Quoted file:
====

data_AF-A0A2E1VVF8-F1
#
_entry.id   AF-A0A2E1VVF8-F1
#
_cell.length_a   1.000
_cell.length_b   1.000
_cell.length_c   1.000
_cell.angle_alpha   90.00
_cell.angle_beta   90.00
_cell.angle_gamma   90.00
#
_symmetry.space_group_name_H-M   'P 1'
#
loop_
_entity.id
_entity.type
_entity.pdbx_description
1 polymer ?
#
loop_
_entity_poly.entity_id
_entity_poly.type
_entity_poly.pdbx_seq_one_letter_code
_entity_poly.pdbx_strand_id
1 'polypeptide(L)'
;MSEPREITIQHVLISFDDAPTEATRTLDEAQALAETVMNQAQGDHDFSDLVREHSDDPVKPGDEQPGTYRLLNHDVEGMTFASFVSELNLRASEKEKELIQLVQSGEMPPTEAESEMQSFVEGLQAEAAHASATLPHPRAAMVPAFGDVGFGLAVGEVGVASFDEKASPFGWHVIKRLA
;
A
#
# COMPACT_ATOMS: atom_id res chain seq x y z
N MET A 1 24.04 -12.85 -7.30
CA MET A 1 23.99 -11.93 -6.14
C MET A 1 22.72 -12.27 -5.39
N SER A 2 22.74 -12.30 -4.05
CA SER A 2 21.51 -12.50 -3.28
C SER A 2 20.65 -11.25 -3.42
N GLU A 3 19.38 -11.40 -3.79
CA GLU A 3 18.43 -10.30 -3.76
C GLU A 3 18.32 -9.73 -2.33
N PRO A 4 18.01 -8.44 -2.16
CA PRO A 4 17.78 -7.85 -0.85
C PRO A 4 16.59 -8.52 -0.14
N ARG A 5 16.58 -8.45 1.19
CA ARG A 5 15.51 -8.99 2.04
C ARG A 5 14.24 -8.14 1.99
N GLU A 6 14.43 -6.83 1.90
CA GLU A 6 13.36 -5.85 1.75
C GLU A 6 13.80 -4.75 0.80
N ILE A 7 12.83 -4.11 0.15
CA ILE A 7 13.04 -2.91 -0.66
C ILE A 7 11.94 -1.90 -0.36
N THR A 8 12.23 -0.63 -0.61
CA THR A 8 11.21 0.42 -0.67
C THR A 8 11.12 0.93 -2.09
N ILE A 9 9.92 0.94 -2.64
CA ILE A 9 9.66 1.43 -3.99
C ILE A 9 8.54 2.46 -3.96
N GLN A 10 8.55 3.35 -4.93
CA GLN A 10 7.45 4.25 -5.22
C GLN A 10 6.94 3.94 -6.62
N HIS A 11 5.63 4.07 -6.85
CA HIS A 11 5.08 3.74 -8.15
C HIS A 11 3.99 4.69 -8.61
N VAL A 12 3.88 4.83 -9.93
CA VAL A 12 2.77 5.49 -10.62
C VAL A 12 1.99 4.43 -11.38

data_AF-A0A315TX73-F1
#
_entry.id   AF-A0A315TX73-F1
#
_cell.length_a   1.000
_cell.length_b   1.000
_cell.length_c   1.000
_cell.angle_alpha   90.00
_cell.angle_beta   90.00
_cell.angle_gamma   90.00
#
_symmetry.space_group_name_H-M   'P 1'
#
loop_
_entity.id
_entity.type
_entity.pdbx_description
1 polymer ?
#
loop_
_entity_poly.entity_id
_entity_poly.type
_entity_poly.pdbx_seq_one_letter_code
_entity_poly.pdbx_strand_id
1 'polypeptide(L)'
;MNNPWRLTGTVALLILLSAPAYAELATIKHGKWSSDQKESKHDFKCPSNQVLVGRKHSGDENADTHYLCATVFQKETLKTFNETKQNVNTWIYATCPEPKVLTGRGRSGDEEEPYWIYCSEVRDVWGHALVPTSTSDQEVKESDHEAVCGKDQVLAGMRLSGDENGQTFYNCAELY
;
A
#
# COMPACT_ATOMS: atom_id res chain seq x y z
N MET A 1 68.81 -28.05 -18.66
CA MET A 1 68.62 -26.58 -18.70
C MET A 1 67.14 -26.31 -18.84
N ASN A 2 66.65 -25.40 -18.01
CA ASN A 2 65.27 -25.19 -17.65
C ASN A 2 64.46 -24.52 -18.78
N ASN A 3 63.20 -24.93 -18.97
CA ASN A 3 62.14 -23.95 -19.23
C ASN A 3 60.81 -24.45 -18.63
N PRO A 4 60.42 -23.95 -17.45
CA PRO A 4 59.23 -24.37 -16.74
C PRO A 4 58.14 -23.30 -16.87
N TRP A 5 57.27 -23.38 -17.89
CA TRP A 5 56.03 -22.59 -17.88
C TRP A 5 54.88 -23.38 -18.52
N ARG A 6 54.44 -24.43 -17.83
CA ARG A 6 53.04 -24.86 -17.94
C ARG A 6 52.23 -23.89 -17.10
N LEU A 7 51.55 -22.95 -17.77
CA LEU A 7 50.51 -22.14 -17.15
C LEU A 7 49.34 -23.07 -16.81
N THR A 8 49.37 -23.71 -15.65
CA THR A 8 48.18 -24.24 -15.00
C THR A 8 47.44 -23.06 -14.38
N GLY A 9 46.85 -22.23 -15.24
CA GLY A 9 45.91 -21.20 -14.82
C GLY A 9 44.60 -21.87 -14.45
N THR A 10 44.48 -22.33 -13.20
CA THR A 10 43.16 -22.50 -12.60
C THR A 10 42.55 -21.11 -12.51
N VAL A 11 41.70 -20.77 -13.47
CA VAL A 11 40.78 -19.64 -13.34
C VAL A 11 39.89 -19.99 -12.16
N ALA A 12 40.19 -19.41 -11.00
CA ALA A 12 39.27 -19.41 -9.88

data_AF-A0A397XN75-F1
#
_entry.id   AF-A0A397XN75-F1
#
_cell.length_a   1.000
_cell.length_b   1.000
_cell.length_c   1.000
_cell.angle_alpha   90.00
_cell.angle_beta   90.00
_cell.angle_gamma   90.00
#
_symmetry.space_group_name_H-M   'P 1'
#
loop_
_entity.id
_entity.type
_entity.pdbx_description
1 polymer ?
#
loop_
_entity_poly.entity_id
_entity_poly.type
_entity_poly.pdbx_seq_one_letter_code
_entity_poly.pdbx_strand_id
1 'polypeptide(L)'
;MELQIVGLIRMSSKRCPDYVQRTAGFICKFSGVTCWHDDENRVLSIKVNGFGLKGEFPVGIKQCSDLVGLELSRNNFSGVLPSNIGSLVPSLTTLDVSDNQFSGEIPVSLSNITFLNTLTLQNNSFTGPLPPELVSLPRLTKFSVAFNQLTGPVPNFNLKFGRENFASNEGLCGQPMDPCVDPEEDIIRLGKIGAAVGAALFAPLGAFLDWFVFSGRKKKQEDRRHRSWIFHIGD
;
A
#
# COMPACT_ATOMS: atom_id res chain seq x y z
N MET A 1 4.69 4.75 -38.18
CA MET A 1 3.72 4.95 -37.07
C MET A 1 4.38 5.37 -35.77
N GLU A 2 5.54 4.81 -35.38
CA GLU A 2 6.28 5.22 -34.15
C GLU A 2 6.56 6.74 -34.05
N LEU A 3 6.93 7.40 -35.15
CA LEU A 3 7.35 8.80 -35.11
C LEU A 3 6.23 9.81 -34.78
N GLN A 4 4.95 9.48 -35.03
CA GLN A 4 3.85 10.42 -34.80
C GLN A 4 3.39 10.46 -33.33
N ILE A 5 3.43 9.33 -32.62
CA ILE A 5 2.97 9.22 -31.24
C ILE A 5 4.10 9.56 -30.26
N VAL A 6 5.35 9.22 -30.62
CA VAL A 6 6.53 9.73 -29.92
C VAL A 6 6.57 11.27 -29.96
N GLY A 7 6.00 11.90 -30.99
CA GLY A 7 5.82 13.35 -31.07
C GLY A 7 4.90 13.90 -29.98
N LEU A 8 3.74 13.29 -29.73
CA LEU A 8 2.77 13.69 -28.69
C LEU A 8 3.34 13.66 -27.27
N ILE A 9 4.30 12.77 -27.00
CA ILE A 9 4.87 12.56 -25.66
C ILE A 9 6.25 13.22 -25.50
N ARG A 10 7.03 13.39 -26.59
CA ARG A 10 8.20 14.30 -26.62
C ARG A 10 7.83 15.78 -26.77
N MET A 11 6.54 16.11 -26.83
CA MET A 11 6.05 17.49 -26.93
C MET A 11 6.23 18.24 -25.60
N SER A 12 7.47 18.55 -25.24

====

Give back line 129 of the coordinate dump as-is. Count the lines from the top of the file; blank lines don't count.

C VAL A 11 39.89 -19.99 -12.16